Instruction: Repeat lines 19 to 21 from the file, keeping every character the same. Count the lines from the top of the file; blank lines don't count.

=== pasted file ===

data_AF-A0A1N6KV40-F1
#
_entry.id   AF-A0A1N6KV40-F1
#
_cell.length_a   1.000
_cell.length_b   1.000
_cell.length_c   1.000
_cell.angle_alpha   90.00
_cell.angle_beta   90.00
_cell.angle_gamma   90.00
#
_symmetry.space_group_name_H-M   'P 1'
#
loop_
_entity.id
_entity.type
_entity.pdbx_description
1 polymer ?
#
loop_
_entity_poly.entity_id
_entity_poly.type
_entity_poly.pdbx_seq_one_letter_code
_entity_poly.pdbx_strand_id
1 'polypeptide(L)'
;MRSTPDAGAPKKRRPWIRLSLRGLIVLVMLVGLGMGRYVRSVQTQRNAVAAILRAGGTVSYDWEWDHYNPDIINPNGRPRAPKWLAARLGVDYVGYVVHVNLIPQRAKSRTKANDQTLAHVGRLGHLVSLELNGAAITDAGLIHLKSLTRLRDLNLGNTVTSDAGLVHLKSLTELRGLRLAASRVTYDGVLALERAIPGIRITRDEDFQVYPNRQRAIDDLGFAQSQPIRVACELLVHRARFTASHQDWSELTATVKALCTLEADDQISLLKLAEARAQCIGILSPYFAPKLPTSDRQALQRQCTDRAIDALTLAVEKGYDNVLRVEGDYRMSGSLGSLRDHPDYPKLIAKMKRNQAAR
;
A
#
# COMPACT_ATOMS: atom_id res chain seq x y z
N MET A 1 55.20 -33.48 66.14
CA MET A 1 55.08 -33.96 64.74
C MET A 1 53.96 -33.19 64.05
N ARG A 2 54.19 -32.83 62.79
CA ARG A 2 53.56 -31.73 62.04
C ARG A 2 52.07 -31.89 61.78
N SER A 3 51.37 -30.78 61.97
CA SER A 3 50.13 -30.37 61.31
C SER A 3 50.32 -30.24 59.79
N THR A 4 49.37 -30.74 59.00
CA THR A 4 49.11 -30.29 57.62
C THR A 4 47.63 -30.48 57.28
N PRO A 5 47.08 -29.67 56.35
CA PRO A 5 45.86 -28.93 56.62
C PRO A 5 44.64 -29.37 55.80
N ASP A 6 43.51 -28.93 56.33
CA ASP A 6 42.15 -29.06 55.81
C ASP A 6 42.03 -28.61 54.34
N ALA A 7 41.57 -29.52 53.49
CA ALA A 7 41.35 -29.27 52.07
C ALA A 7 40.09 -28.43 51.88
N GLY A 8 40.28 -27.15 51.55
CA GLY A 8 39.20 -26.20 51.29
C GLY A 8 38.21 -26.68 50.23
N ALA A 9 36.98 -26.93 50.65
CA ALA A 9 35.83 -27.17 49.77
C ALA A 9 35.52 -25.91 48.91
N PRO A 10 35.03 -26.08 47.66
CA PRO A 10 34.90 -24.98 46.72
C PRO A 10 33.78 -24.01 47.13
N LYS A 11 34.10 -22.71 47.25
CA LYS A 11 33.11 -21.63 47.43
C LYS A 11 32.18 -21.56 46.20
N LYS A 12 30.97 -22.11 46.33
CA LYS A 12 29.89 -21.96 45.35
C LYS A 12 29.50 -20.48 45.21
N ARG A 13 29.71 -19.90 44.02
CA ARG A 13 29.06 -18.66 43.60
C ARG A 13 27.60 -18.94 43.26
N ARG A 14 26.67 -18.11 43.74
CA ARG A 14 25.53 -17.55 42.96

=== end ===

#
loop_
_entity_poly.entity_id